by a contributor

William Cordeiro

On a day like any other, the young man stared into the hourglass until he saw his own reflection. The grains had finished their pyramid. It was time he traveled to the navel of the earth. He passed through the city. He gazed at the ground where ants built their towers. Wind scoured the sands and the citizens scattered inside. Their eyes fixed on unraveling clouds; the horizon was lost behind the edges of buildings. He moved on, crossing a river. The water moved, too, with the sound of its loss. Over other bridges and onward, he climbed up a rise to a vista overlooking the wilderness. The sun blazed a ridge down dunes it stunned white. Across scrubland and scruff, he surveyed a cave. A black curtain of bats emerged from its mouth. Inside, over years, the cave’s tears had turned to pillars of stone. He found the graves of the fathers, bones at the verge where the survivors or slaves had burrowed a pit. The ribs ritually dumped in its womb. The remains were laid round in a chain, anchored in shadow, whittled to points, up-thrust like canines. Their array formed a fence, beyond which he heard the deep echo of nothing. His eyes had fallen into a galling abyss darker than ink. He made his return, across mountains solid with fog. All through the valley, lush tendrils and leaves discomposed his momentum; he ate speckled eggs from the flocks of huge birds, which swooped through the air, each nib of their quills lofting loops. He knifed through the brush. The rain was incessant, like the small eyes of thieves. Then, he rode over the sea, a turbulent mirror below which self-illuminating fish trawled an unfathomed waste. Finally, he arrived at his home, an old man, on a day like any other. In every direction, he could only look back. His memory as obscure now as the journal he kept. The path itself had been trampled into grains of fine dust.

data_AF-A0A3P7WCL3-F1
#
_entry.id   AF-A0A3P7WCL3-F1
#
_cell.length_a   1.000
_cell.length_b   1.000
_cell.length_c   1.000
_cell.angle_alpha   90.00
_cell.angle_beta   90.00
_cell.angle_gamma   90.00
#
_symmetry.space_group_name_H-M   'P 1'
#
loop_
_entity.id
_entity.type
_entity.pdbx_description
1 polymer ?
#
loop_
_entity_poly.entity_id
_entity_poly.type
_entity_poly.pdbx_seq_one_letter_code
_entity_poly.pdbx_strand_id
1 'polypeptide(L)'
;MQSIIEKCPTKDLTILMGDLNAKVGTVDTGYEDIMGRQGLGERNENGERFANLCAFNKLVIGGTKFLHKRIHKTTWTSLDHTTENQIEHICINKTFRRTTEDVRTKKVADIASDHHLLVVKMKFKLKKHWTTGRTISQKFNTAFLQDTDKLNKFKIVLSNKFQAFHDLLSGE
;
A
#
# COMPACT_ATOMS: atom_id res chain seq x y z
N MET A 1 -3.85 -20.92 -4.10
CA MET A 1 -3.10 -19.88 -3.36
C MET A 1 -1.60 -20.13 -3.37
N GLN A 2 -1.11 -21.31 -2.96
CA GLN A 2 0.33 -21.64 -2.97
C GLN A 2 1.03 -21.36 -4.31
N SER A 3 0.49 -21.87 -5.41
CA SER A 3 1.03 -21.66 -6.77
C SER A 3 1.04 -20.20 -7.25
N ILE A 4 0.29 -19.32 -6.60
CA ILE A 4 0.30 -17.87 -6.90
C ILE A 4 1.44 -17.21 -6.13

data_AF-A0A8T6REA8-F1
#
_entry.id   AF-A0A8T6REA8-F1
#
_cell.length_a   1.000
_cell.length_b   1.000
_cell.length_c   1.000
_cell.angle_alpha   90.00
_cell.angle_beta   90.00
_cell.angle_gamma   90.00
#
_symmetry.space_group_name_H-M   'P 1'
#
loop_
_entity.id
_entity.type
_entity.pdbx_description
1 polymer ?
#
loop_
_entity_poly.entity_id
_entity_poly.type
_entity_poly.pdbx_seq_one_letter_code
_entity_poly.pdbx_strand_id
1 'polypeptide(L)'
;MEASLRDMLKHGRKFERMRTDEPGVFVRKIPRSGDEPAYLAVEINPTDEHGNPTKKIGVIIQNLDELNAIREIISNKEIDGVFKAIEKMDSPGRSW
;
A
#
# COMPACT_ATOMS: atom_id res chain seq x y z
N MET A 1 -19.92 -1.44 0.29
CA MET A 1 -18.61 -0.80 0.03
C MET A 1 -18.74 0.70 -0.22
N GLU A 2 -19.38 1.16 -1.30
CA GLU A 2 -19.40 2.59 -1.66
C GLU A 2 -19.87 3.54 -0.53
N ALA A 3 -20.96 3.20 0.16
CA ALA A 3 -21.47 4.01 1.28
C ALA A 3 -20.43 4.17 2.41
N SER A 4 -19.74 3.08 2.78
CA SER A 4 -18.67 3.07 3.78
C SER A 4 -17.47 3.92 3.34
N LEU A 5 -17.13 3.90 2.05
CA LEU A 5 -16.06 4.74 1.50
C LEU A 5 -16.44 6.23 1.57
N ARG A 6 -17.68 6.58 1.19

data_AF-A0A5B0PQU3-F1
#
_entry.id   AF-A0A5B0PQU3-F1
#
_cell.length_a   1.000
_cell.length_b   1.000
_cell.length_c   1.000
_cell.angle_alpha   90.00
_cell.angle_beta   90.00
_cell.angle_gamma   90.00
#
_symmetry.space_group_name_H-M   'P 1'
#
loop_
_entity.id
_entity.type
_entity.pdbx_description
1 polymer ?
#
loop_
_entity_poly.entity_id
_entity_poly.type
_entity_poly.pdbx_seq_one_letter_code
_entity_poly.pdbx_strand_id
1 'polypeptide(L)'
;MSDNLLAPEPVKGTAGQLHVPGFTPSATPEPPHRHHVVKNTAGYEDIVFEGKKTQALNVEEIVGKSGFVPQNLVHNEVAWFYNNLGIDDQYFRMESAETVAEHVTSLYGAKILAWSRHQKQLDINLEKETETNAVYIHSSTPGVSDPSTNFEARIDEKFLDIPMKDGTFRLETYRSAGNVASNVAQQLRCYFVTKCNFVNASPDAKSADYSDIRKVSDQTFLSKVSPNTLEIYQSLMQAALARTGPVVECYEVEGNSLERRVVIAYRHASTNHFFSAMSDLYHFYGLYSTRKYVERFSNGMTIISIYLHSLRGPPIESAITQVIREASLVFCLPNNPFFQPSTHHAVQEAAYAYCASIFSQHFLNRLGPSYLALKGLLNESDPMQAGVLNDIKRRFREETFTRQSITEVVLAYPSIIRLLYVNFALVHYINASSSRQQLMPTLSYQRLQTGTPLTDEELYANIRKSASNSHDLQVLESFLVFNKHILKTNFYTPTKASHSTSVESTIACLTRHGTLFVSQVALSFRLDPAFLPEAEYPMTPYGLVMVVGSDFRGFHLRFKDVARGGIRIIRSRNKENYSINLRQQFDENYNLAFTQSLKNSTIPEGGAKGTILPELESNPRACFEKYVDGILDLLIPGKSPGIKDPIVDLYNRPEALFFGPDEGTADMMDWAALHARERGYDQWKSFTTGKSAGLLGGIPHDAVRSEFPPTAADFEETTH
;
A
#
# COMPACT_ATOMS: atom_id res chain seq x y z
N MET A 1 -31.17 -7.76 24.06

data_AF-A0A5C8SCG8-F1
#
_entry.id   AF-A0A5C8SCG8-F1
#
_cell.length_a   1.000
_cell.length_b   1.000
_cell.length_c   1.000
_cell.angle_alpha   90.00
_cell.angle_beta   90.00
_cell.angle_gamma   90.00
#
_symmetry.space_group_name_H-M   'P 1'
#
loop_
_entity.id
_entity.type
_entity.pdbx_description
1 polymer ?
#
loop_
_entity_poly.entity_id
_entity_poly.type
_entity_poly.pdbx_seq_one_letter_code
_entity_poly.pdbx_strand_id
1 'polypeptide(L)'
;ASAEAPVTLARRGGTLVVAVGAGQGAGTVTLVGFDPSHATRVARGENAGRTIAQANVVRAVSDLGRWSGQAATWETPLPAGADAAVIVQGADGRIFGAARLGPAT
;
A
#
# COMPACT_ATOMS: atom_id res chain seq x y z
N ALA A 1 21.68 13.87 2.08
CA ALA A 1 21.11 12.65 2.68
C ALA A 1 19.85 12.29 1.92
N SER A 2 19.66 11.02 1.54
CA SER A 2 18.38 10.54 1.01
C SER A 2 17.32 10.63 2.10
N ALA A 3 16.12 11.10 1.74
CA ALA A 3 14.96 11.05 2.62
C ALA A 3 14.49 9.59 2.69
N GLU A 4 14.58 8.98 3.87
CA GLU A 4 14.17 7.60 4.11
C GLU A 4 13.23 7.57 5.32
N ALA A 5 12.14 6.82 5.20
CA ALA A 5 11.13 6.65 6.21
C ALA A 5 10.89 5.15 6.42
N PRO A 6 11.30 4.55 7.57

William Cordeiro lives in Tucson, Arizona and is a currently a Ph.D. candidate at Cornell completing his dissertation on 18th century British literature. His creative work appears in many literary journals, including Crab Orchard Review, Fourteen Hills, Copper Nickel, and Harpur Palate. He is grateful for residencies from Risley Residential College, Provincetown Community Compact, Ora Lerman Trust, ART 342, Blue Mountain Center, and Petrified Forest National Park.

See William’s list of 5 Things You Should Read tomorrow in our ongoing contributors’ series.